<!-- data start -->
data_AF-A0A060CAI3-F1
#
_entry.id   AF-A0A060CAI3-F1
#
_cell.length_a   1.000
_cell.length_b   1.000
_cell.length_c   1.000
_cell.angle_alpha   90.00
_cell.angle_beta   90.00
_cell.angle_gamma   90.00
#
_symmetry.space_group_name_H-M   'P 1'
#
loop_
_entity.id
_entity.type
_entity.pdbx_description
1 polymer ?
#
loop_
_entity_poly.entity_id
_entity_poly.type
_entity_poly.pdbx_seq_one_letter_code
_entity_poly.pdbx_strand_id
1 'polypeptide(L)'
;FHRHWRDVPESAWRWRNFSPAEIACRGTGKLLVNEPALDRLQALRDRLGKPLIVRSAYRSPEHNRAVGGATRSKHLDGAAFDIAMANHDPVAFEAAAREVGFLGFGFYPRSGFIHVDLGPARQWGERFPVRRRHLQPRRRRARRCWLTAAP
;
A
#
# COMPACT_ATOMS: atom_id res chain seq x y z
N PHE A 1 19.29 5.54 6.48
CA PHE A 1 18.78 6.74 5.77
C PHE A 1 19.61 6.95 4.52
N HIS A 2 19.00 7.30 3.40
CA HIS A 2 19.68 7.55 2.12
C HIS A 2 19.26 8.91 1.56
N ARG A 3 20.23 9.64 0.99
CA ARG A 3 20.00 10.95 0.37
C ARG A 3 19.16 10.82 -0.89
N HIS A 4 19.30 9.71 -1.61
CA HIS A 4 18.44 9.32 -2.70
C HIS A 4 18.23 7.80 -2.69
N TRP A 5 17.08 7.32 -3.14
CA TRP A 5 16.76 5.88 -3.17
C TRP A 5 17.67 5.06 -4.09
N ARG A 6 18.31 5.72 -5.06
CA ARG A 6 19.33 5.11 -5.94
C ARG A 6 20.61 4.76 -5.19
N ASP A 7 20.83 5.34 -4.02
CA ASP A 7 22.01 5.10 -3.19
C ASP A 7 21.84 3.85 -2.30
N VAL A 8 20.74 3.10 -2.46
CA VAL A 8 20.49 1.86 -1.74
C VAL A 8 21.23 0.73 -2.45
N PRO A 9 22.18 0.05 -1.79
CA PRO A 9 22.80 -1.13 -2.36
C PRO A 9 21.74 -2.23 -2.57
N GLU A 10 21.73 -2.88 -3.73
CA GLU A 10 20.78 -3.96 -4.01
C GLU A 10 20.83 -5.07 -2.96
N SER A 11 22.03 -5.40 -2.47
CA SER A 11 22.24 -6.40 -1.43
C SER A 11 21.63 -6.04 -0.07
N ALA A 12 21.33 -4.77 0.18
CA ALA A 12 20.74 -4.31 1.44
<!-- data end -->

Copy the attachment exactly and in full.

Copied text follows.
data_AF-A0A060CAI3-F1
#
_entry.id   AF-A0A060CAI3-F1
#
_cell.length_a   1.000
_cell.length_b   1.000
_cell.length_c   1.000
_cell.angle_alpha   90.00
_cell.angle_beta   90.00
_cell.angle_gamma   90.00
#
_symmetry.space_group_name_H-M   'P 1'
#
loop_
_entity.id
_entity.type
_entity.pdbx_description
1 polymer ?
#
loop_
_entity_poly.entity_id
_entity_poly.type
_entity_poly.pdbx_seq_one_letter_code
_entity_poly.pdbx_strand_id
1 'polypeptide(L)'
;FHRHWRDVPESAWRWRNFSPAEIACRGTGKLLVNEPALDRLQALRDRLGKPLIVRSAYRSPEHNRAVGGATRSKHLDGAAFDIAMANHDPVAFEAAAREVGFLGFGFYPRSGFIHVDLGPARQWGERFPVRRRHLQPRRRRARRCWLTAAP
;
A
#
# COMPACT_ATOMS: atom_id res chain seq x y z
N PHE A 1 19.29 5.54 6.48
CA PHE A 1 18.78 6.74 5.77
C PHE A 1 19.61 6.95 4.52
N HIS A 2 19.00 7.30 3.40
CA HIS A 2 19.68 7.55 2.12
C HIS A 2 19.26 8.91 1.56
N ARG A 3 20.23 9.64 0.99
CA ARG A 3 20.00 10.95 0.37
C ARG A 3 19.16 10.82 -0.89
N HIS A 4 19.30 9.71 -1.61
CA HIS A 4 18.44 9.32 -2.70
C HIS A 4 18.23 7.80 -2.69
N TRP A 5 17.08 7.32 -3.14
CA TRP A 5 16.76 5.88 -3.17
C TRP A 5 17.67 5.06 -4.09
N ARG A 6 18.31 5.72 -5.06
CA ARG A 6 19.33 5.11 -5.94
C ARG A 6 20.61 4.76 -5.19
N ASP A 7 20.83 5.34 -4.02
CA ASP A 7 22.01 5.10 -3.19
C ASP A 7 21.84 3.85 -2.30
N VAL A 8 20.74 3.10 -2.46
CA VAL A 8 20.49 1.86 -1.74
C VAL A 8 21.23 0.73 -2.45
N PRO A 9 22.18 0.05 -1.79
CA PRO A 9 22.80 -1.13 -2.36
C PRO A 9 21.74 -2.23 -2.57
N GLU A 10 21.73 -2.88 -3.73
CA GLU A 10 20.78 -3.96 -4.01
C GLU A 10 20.83 -5.07 -2.96
N SER A 11 22.03 -5.40 -2.47
CA SER A 11 22.24 -6.40 -1.43
C SER A 11 21.63 -6.04 -0.07
N ALA A 12 21.33 -4.77 0.18
CA ALA A 12 20.74 -4.31 1.44